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Article
The Importance of High Resolution Digital Elevation Models for Improved Hydrological Simulations of a Mediterranean Forested Catchment
Remote Sens. 2020, 12(20), 3287; https://doi.org/10.3390/rs12203287 - 10 Oct 2020
Cited by 11 | Viewed by 1562
Abstract
Eco-hydrological models can be used to support effective land management and planning of forest resources. These models require a Digital Elevation Model (DEM), in order to accurately represent the morphological surface and to simulate catchment responses. This is particularly relevant on low altimetry [...] Read more.
Eco-hydrological models can be used to support effective land management and planning of forest resources. These models require a Digital Elevation Model (DEM), in order to accurately represent the morphological surface and to simulate catchment responses. This is particularly relevant on low altimetry catchments, where a high resolution DEM can result in a more accurate representation of terrain morphology (e.g., slope, flow direction), and therefore a better prediction of hydrological responses. This work intended to use Soil and Water Assessment Tool (SWAT) to assess the influence of DEM resolutions (1 m, 10 m and 30 m) on the accuracy of catchment representations and hydrological responses on a low relief forest catchment with a dry and hot summer Mediterranean climate. The catchment responses were simulated using independent SWAT models built up using three DEMs. These resolutions resulted in marked differences regarding the total number of channels, their length as well as the hierarchy. Model performance was increasingly improved using fine resolutions DEM, revealing a bR2 (0.87, 0.85 and 0.85), NSE (0.84, 0.67 and 0.60) and Pbias (−14.1, −27.0 and −38.7), respectively, for 1 m, 10 m and 30 m resolutions. This translates into a better timing of the flow, improved volume simulation and significantly less underestimation of the flow. Full article
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Article
Designing a Validation Protocol for Remote Sensing Based Operational Forest Masks Applications. Comparison of Products Across Europe
Remote Sens. 2020, 12(19), 3159; https://doi.org/10.3390/rs12193159 - 26 Sep 2020
Cited by 4 | Viewed by 1702
Abstract
The spatial and temporal dynamics of the forest cover can be captured using remote sensing data. Forest masks are a valuable tool to monitor forest characteristics, such as biomass, deforestation, health condition and disturbances. This study was carried out under the umbrella of [...] Read more.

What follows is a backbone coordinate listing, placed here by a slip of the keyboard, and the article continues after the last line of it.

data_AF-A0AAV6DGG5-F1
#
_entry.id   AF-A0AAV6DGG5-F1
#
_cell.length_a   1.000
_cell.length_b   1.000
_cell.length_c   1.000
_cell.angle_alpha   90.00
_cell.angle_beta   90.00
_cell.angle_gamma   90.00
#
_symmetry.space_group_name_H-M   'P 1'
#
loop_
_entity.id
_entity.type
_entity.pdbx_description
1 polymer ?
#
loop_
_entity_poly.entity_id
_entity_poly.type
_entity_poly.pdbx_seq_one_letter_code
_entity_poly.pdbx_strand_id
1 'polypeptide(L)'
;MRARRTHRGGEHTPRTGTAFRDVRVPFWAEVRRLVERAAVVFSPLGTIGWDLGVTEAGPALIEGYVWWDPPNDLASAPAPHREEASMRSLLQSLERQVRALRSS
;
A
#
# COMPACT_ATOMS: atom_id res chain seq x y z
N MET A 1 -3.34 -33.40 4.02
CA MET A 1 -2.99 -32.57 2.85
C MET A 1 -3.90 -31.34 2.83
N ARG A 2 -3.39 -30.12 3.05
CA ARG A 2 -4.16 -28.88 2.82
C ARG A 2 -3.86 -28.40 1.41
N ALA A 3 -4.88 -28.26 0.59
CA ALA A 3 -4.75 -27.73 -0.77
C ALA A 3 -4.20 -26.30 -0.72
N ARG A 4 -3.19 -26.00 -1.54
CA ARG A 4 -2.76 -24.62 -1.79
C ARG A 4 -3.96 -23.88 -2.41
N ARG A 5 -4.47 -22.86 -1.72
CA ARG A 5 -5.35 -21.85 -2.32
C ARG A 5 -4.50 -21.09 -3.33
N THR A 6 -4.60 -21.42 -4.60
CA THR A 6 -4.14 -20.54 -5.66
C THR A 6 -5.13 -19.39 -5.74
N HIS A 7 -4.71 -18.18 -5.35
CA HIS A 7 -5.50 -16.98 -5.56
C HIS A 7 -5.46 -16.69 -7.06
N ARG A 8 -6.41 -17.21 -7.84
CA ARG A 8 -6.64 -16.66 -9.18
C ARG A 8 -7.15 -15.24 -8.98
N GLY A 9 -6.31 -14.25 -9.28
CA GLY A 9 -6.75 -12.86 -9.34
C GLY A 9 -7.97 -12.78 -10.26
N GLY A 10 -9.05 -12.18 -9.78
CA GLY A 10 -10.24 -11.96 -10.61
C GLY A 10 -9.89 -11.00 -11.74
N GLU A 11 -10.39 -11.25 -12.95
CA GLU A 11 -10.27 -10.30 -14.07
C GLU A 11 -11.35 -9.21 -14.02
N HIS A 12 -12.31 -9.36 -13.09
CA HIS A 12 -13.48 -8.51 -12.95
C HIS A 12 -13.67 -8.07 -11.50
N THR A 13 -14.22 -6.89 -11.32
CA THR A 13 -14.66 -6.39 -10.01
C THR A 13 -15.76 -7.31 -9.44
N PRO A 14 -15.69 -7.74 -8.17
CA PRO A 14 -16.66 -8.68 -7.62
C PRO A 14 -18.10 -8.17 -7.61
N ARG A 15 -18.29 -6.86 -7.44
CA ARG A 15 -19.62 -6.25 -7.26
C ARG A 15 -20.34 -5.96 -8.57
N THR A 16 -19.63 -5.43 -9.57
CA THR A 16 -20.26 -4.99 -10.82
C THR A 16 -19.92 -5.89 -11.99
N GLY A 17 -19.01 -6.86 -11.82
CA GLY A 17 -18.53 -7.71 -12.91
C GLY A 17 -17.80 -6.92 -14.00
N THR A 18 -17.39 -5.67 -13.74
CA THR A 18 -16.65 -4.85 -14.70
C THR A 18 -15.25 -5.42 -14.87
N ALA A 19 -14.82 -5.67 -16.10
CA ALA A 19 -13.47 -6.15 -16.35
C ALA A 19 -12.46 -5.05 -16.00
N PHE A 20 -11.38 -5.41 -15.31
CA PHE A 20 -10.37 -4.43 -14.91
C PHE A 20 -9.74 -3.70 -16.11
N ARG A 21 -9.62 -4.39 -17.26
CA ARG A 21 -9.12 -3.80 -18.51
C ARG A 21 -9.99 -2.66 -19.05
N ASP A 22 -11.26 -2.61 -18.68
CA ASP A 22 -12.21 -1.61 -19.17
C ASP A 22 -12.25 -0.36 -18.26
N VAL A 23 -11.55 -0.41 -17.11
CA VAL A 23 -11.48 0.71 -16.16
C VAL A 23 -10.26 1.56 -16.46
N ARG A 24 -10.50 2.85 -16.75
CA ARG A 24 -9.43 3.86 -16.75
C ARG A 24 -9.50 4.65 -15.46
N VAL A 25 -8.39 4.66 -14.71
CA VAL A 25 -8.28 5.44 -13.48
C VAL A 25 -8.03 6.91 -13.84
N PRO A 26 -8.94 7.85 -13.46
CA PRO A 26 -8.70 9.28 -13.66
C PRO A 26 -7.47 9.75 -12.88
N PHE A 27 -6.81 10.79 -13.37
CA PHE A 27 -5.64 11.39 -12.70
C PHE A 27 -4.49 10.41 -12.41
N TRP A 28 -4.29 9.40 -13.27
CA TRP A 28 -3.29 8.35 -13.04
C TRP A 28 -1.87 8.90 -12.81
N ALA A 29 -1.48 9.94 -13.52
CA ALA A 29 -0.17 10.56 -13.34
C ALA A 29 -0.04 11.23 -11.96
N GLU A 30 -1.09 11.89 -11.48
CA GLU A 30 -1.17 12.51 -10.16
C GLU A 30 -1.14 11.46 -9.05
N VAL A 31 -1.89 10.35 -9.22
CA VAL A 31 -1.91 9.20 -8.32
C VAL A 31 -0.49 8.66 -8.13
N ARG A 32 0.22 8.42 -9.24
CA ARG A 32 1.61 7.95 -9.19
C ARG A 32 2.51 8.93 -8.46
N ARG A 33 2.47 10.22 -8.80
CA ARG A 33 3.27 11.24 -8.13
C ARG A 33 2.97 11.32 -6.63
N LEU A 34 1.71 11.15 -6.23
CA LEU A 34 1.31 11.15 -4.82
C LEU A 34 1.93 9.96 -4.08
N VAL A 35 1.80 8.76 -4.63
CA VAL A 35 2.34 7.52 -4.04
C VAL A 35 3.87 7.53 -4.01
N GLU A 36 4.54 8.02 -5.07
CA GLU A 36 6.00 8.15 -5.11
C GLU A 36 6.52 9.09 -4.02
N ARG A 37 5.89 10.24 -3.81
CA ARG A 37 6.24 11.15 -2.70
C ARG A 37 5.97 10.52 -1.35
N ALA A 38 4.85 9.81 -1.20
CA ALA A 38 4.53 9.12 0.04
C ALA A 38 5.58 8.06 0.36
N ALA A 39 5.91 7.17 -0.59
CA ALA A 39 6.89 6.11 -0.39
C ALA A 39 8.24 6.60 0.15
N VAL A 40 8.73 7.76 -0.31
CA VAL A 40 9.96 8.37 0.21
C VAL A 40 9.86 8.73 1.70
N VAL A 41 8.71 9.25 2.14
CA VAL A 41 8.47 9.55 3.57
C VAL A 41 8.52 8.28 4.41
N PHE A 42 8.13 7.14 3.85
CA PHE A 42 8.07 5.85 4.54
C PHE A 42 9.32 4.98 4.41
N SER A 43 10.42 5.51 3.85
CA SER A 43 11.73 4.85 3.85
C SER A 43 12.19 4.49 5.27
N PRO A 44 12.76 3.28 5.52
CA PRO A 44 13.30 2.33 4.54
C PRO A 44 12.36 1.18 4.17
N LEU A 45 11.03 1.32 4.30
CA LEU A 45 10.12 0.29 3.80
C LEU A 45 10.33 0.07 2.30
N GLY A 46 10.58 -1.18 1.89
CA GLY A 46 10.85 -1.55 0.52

The spatial and temporal dynamics of the forest cover can be captured using remote sensing data. Forest masks are a valuable tool to monitor forest characteristics, such as biomass, deforestation, health condition and disturbances. This study was carried out under the umbrella of the EC H2020 MySustainableForest (MSF) project. A key achievement has been the development of supervised classification methods for delineating forest cover. The forest masks presented here are binary forest/non-forest classification maps obtained using Sentinel-2 data for 16 study areas across Europe with different forest types. Performance metrics can be selected to measure accuracy of forest mask. However, large-scale reference datasets are scarce and typically cannot be considered as ground truth. In this study, we implemented a stratified random sampling system and the generation of a reference dataset based on visual interpretation of satellite images. This dataset was used for validation of the forest masks, MSF and two other similar products: HRL by Copernicus and FNF by the DLR. MSF forest masks showed a good performance (OAMSF = 96.3%; DCMSF = 96.5), with high overall accuracy (88.7–99.5%) across all the areas, and omission and commission errors were low and balanced (OEMSF = 2.4%; CEMSF = 4.5%; relBMSF = 2%), while the other products showed on average lower accuracies (OAHRL = 89.2%; OAFNF = 76%). However, for all three products, the Mediterranean areas were challenging to model, where the complexity of forest structure led to relatively high omission errors (OEMSF = 9.5%; OEHRL = 59.5%; OEFNF = 71.4%). Comparing these results with the vision from external local stakeholders highlighted the need of establishing clear large-scale validation datasets and protocols for remote sensing-based forest products. Future research will be done to test the MSF mask in forest types not present in Europe and compare new outputs to available reference datasets. Full article